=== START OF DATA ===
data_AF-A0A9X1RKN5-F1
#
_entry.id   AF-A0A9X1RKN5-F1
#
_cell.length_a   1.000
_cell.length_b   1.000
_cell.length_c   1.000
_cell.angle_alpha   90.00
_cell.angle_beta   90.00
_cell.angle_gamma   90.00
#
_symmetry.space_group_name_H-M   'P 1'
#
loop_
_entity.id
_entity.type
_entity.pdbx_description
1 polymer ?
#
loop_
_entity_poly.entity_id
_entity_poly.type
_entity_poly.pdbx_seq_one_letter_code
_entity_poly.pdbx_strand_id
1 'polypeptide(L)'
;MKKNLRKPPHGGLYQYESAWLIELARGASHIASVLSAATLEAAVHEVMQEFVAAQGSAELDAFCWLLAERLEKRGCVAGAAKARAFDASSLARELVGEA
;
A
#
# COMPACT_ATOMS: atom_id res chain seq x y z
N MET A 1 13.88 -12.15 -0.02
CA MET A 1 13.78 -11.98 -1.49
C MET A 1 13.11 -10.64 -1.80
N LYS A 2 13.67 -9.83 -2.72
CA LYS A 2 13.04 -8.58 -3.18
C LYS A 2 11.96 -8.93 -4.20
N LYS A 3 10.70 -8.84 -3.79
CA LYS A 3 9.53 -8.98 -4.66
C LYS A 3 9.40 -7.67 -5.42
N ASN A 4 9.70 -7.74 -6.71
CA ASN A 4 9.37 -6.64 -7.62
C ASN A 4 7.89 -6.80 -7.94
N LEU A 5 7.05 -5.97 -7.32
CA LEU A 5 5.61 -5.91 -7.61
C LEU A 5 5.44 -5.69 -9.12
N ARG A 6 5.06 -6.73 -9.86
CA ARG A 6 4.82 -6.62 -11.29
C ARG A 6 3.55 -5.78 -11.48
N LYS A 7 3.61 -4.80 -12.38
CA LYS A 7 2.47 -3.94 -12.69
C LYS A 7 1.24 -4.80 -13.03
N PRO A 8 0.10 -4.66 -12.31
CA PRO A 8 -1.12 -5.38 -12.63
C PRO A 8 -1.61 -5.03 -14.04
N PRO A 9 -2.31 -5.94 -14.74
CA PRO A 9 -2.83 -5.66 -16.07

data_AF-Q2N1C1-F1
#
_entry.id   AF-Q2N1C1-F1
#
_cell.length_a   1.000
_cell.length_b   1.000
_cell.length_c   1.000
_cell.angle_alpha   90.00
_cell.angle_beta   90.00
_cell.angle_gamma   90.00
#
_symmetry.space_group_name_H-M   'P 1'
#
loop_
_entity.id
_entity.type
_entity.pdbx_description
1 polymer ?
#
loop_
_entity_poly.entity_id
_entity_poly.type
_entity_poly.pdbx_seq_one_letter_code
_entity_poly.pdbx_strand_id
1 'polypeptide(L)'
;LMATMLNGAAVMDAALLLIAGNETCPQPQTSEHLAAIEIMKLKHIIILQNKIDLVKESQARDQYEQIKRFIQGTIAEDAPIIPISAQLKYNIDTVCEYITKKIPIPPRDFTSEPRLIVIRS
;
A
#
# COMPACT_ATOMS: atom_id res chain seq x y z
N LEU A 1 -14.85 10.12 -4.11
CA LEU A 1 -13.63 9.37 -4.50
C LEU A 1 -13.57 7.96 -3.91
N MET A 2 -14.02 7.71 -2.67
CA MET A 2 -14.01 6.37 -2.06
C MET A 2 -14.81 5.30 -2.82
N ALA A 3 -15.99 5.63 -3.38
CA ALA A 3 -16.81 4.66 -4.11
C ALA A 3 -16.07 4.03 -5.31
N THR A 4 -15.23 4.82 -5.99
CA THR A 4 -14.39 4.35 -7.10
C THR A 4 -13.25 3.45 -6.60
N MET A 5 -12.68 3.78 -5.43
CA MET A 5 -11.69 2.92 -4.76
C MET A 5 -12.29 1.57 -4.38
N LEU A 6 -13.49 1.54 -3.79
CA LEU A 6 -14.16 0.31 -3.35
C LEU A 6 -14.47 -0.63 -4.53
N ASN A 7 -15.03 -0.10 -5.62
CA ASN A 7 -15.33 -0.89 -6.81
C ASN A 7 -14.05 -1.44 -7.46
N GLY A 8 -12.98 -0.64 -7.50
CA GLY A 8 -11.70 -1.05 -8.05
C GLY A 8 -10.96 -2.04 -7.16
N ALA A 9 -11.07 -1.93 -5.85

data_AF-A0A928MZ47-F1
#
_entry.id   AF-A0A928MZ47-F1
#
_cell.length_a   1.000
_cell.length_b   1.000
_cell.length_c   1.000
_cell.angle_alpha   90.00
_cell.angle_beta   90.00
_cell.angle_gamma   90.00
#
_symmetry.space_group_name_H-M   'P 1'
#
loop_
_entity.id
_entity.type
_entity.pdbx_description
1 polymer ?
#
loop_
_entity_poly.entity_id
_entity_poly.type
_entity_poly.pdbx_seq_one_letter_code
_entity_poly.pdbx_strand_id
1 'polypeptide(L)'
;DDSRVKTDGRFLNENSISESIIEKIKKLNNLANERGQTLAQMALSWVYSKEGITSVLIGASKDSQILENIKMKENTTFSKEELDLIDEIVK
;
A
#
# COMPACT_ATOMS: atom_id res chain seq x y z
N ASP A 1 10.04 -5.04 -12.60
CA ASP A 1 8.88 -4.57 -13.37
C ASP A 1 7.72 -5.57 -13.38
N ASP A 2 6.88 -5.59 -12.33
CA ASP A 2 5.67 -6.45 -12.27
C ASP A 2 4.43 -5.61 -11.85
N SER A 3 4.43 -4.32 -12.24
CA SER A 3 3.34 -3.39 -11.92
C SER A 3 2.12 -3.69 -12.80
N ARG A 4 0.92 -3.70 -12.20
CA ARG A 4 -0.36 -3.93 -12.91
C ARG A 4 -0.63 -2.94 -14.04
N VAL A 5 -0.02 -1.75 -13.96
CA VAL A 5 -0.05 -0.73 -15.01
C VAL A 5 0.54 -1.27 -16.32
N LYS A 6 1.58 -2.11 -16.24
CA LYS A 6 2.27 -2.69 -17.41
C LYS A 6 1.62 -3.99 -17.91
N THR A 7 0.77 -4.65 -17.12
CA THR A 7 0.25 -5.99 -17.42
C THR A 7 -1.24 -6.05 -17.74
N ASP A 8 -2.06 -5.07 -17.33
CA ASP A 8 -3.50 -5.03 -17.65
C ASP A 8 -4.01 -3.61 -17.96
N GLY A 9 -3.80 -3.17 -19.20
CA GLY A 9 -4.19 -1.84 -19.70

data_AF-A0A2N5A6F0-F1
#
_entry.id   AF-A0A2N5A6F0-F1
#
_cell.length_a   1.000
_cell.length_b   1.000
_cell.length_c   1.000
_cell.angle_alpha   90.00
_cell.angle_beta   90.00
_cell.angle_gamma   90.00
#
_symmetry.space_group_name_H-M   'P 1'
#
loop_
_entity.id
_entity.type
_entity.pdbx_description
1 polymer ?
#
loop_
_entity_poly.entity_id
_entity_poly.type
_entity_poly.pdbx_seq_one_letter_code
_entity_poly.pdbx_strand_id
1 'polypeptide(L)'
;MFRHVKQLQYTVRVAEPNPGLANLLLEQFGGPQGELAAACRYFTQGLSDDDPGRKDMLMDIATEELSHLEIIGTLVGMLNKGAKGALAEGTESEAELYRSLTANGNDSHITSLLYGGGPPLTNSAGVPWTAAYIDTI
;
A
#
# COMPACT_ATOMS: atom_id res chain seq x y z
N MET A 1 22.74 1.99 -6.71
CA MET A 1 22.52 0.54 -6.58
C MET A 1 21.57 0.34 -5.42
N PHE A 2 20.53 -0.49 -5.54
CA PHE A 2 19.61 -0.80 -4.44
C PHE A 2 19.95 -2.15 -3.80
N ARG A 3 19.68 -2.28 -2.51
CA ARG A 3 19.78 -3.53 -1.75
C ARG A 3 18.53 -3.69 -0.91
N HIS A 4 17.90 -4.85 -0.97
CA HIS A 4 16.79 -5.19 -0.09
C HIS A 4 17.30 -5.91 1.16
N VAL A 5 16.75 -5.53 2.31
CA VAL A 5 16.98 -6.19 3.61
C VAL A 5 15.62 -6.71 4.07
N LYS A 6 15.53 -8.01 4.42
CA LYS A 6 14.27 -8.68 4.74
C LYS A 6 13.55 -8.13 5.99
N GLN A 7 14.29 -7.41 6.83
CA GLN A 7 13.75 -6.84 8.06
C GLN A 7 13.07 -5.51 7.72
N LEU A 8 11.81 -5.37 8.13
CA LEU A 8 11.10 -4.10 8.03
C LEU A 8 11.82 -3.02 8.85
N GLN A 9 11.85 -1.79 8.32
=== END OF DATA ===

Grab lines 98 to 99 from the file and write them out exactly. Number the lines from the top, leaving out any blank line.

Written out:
C THR A 4 -13.25 3.45 -6.60
N MET A 5 -12.68 3.78 -5.43